Edinburgh City Police - PC 233B John William McKinlay

Edinburgh City Police

PC 233B John William McKinlay


The British War Medal

The Victory Medal with Mention in Despatches Oak Leaf (16 March 1919)



John William McKinlay was born on 17 May 1892 at Blackhall, Kirkwall, Orkney. His father was Alexander McKinlay, a Farm Servant and his mother, Mary Ann Turfus or McKinlay. They were married on 11 November 1890 at St Andrews.


John was a Butcher before he joined Edinburgh City Police in 1912. He enlisted in the Lothian & Border Horse in 1915 and served in France and Belgium. He later served in the Military Mounted Police and rejoined Edinburgh City Police in 1919.


He was a piper in the Police Pipe Band, eventually becoming Pipe-Sergeant and took part in many of the parades and ceremonial occasions during his service, in Edinburgh and in France and Belgium. 


John McKinlay retired on pension in 1945. He died in Edinburgh in 1960.

PC 233B John William McKinlay, probably between 1912 - 1915.

The Early Years

In the Census of Scotland 1901, the following were living at 15 North Constitution Street, Aberdeen on the night of the Census.


Name & Age


Place & County of Birth

Alexander McKinlay, (28)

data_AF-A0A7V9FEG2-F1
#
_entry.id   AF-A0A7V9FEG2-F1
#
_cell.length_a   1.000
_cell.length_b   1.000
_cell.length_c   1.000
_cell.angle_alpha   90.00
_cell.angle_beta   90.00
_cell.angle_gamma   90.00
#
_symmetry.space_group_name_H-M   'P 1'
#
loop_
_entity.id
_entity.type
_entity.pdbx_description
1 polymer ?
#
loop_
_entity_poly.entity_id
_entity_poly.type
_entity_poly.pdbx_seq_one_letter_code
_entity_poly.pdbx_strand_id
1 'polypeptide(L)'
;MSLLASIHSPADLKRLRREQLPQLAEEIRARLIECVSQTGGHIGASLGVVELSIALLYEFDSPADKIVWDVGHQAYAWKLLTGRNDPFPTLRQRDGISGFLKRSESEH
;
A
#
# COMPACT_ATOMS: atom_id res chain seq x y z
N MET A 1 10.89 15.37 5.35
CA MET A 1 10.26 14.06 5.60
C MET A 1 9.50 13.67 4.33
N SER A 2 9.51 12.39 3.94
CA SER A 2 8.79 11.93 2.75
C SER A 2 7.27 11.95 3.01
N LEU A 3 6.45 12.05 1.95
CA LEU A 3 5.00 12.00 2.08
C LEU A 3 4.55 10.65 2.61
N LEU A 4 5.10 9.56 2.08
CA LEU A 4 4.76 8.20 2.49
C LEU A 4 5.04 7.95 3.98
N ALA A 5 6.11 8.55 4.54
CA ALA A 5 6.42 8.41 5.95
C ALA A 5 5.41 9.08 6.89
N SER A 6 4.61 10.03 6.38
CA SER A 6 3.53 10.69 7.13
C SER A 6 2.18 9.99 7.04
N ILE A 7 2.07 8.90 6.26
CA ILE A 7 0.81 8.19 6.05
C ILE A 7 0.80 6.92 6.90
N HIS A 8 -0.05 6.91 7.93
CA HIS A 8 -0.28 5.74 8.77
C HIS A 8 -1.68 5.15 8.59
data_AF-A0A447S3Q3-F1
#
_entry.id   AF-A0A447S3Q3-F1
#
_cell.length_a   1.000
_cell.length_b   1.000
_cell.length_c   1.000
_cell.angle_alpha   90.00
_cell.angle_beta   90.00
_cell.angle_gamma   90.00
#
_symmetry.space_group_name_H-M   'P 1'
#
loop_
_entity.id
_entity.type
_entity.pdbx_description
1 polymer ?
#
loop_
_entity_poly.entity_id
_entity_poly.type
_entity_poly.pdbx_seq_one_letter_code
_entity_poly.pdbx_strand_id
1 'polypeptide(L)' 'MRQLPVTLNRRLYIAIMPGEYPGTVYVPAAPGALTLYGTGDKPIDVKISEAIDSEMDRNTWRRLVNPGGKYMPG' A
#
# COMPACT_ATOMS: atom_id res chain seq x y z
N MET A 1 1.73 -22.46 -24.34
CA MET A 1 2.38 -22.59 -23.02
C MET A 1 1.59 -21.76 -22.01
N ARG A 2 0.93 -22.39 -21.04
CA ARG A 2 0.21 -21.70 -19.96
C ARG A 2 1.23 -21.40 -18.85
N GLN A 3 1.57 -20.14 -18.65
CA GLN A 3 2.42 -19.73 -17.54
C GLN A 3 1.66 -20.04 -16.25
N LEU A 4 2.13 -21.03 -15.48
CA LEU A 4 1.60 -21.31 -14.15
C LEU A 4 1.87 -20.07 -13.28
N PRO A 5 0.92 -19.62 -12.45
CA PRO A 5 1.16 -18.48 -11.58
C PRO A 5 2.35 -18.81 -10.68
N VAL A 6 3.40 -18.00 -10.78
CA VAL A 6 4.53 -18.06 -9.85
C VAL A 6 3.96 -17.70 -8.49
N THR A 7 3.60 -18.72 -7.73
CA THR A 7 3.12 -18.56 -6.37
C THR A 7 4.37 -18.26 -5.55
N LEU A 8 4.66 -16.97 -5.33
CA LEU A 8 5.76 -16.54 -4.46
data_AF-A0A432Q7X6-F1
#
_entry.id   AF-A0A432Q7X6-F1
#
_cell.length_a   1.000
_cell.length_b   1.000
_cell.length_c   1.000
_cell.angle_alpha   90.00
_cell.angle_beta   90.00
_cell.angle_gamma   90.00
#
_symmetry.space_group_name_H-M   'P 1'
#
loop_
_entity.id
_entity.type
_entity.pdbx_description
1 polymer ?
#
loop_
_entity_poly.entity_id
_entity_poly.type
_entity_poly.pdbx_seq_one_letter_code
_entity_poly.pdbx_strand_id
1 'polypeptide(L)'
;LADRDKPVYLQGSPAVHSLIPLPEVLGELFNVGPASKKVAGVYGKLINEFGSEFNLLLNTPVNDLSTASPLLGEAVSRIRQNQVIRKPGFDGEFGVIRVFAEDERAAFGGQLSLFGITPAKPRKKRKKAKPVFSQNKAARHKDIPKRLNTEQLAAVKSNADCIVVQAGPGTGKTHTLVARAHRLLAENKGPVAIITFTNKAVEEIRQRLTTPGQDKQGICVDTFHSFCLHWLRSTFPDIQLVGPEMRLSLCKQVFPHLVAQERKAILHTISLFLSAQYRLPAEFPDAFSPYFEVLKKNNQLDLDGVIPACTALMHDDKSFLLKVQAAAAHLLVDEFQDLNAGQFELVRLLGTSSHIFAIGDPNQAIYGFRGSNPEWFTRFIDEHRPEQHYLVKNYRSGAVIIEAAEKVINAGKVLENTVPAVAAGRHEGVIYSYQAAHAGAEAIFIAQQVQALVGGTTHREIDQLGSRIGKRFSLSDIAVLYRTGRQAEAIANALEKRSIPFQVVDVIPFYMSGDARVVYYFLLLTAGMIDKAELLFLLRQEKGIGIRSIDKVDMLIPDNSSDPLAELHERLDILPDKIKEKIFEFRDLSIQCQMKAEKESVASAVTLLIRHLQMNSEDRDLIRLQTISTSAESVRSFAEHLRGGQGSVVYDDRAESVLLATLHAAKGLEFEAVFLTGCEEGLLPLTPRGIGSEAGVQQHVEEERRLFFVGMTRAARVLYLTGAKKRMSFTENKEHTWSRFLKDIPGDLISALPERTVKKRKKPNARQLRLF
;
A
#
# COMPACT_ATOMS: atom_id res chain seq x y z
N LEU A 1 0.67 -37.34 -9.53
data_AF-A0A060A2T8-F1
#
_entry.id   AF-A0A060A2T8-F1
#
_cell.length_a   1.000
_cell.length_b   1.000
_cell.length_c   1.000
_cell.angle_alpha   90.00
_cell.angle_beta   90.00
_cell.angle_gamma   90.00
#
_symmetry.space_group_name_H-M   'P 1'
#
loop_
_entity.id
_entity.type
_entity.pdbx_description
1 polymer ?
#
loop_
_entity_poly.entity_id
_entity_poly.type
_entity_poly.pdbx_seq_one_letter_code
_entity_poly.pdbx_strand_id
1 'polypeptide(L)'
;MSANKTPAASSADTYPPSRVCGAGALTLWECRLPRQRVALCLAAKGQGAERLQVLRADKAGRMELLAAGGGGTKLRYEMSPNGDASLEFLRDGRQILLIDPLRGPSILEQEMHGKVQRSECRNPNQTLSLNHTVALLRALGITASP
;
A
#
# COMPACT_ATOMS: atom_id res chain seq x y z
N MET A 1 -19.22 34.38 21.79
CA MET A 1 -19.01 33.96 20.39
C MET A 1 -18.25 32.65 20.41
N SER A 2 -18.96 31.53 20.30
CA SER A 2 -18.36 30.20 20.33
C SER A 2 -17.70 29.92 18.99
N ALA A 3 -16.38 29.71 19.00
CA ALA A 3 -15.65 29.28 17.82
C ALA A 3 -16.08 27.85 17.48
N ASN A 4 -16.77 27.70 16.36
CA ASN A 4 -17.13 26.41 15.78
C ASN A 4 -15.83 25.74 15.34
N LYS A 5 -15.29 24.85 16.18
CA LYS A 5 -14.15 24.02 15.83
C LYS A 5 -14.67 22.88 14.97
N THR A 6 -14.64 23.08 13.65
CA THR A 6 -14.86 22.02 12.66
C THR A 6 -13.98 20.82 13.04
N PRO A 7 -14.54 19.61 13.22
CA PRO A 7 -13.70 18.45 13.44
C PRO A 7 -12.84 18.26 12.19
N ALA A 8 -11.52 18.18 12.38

Labourer, Gas Works

Kirkwall, Orkney

Mary Ann McKinlay, (31)


Kirkwall, Orkney

John W McKinlay, (8)

Son, Scholar

Kirkwall, Orkney

Maggie A McKinlay, (5)

Daughter, Scholar

Kirkwall, Orkney

Alexander McKinlay, (4)

Son, Scholar

Fettercairn, Kincardineshire

Mary McKinlay, (under 1 month)


Aberdeen, Aberdeenshire


The Census of Scotland 1911

In the Census of Scotland 1911, the following were living at 5 Raeden Place, Aberdeen on the night of the Census.


Name & Age


Place & County of Birth

Alexander McKinlay, (38)

Storeman, Grain Merchants

Kirkwall, Orkney

Mary Ann McKinlay, (41)


Kirkwall, Orkney

John W McKinlay, (18)

Son, Butcher’s Carter

Kirkwall, Orkney

Maggie A McKinlay, (16)

Daughter, Grocer’s Shop Assistant

Kirkwall, Orkney

Alexander McKinlay, (14)

Son, Butcher’s Assistant

Fettercairn, Kincardineshire

Mary McKinlay, (10)

Daughter, Scholar

Aberdeen, Aberdeenshire

Elizabeth McKinlay, (7)

Daughter, Scholar

Aberdeen, Aberdeenshire

Barbara McKinlay, (5)

Daughter, Scholar

Aberdeen, Aberdeenshire

Edith McKinlay, (3)


Aberdeen, Aberdeenshire


Between 1911 and 1912, John moved to Edinburgh and certainly by the time he joined the Army in 1915, his father was living in Balfour Street, Leith.

Edinburgh City Police Records 1912

Edinburgh Police records show that John William McKinlay, (20), born 17 May 1892 at Kirkwall, Orkney, joined the force on 1 October 1912.


He was 5’ 10.5”, with dark hair, grey eyes and a fair complexion. His previous occupation was ‘Butcher’.


John was posted to B Division at Gayfield Square with the collar number 233 B. He can be seen in his early years wearing that collar number above.


PC John McKinlay resigned from Edinburgh City Police on 31 May 1915 ‘for the purpose of joining the Army’.

British Army Records 1915

John McKinlay, (23), a Police Officer of 31 Balfour Street, Leith enlisted in the 3/1st Lothian & Border Horse, part of the Territorial Force,  as Trooper No. 2246 at Edinburgh on 1 June 1915. His next of kin was listed as ‘Alexander McKinlay (Father), 31 Balfour Street, Leith.’